MANILA, Philippines — PAGASA on Thursday said it is monitoring a new low pressure area south of the country, which remains unlikely to intensify but could still bring rains.
The state weather bureau in its afternoon forecast said the LPA was last seen at 265 kilometers east southeast of Davao City and is brought by the prevailing Inter-Tropical Convergence Zone in Mindanao.
While it has a low chance of becoming the Philippines' first storm this 2021, the agency southern Mindanao could see rains as a result of the new weather disturbance.
A total of 22 storms hit the country last year, the strong being Super Typhoon Rolly (international name Goni) but the deadliest being Typhoon Ulysses (international name Vamco).
The onset of the La Niña, which was first declared in October, is also expected to prevail until March 2021, where above normal rainfall conditions are expected.
PAGASA said in one of its forecasts this week that it is expecting at least one storm by this month.
Still, no other disturbance is expected to enter the country in the next three days, apart from the LPA in sight, which forecasters said could dissipate in the next few hours.
Weather on Friday, meanwhile, is expected to be fair in Metro Manila and other parts of Luzon, but still with chances of rain yet no thunderstorms.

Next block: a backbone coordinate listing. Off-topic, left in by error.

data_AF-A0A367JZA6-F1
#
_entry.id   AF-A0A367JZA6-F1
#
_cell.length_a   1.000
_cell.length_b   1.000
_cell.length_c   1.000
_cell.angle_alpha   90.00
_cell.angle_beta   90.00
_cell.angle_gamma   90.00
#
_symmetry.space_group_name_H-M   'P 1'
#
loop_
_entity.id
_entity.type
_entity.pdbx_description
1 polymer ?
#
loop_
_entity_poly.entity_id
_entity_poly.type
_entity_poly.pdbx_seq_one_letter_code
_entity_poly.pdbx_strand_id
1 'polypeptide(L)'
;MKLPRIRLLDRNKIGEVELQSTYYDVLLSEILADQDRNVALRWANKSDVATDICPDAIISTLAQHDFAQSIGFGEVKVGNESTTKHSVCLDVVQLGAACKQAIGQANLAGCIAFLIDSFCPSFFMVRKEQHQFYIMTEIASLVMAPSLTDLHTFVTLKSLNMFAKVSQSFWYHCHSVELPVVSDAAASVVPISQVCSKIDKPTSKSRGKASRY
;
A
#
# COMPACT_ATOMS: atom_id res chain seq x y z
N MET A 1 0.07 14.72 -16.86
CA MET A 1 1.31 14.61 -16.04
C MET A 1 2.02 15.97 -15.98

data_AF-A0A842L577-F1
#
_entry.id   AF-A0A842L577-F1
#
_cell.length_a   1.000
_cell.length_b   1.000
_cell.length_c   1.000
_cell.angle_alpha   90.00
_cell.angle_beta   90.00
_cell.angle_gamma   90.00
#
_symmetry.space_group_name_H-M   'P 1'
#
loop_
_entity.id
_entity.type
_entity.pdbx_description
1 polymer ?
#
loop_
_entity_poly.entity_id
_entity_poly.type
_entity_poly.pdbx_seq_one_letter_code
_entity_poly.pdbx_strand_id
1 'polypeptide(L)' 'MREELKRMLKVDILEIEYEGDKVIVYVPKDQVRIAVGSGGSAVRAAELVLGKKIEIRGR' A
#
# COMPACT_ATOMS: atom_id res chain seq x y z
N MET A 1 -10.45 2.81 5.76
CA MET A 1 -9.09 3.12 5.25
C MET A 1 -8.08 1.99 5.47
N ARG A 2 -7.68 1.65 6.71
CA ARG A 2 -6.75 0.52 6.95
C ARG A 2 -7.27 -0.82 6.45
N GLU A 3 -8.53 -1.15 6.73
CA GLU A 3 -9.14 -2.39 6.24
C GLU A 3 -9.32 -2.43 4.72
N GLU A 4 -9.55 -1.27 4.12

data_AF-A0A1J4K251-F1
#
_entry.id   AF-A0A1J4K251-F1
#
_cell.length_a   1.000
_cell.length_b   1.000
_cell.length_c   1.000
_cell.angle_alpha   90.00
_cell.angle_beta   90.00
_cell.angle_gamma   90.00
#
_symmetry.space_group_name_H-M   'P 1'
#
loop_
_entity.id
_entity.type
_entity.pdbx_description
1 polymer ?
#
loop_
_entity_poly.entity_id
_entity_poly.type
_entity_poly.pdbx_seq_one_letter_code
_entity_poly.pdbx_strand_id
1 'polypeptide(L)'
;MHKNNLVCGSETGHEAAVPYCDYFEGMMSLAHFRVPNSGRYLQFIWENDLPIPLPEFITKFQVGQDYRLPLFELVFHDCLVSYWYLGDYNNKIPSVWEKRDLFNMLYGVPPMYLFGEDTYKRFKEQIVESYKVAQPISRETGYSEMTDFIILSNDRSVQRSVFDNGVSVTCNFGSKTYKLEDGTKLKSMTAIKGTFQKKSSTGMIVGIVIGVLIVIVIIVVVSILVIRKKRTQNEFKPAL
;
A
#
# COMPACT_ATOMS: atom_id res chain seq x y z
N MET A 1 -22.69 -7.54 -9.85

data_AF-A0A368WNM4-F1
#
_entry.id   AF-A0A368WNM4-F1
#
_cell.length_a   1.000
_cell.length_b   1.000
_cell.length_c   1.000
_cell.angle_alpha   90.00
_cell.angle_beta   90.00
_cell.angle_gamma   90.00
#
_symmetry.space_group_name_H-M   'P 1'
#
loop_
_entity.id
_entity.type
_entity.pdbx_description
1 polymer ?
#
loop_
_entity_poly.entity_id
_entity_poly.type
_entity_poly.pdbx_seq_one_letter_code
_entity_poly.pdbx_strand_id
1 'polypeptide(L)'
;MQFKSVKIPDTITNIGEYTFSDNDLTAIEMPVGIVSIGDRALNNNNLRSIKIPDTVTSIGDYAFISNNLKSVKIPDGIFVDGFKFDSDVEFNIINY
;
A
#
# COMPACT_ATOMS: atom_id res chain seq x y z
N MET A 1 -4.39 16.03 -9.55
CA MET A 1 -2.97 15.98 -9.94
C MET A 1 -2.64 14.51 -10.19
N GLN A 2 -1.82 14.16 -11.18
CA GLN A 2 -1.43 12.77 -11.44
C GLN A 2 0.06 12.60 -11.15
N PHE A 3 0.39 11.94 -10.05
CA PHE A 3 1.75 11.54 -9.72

Bicol Region, Cagayan Valley and the Cordillera Administration Region, however, will see cloudy skies and scattered rains.
This weather condition is also expected over Visayas and some parts of Mindanao due to the effects of the LPA.
The remaining parts of Mindanao, in turn, will see fair weather with isolated rainshowers and thunderstorms.
Gale warning has also been raised in the following areas, as PAGASA warns of waves reaching as high as 2.8 to 4.5 meters:
The string of typhoons late last year had submerged many provinces in Luzon, including Marikina City in Metro Manila.
Such had pushed the government to declare a state of calamity over the entire island which remains until now after millions were affected and scores were dead.
While a task force has since been formed to lead rehabilitation efforts, it has yet to provide updates on the rebuilding of many communities. — Christian Deiparine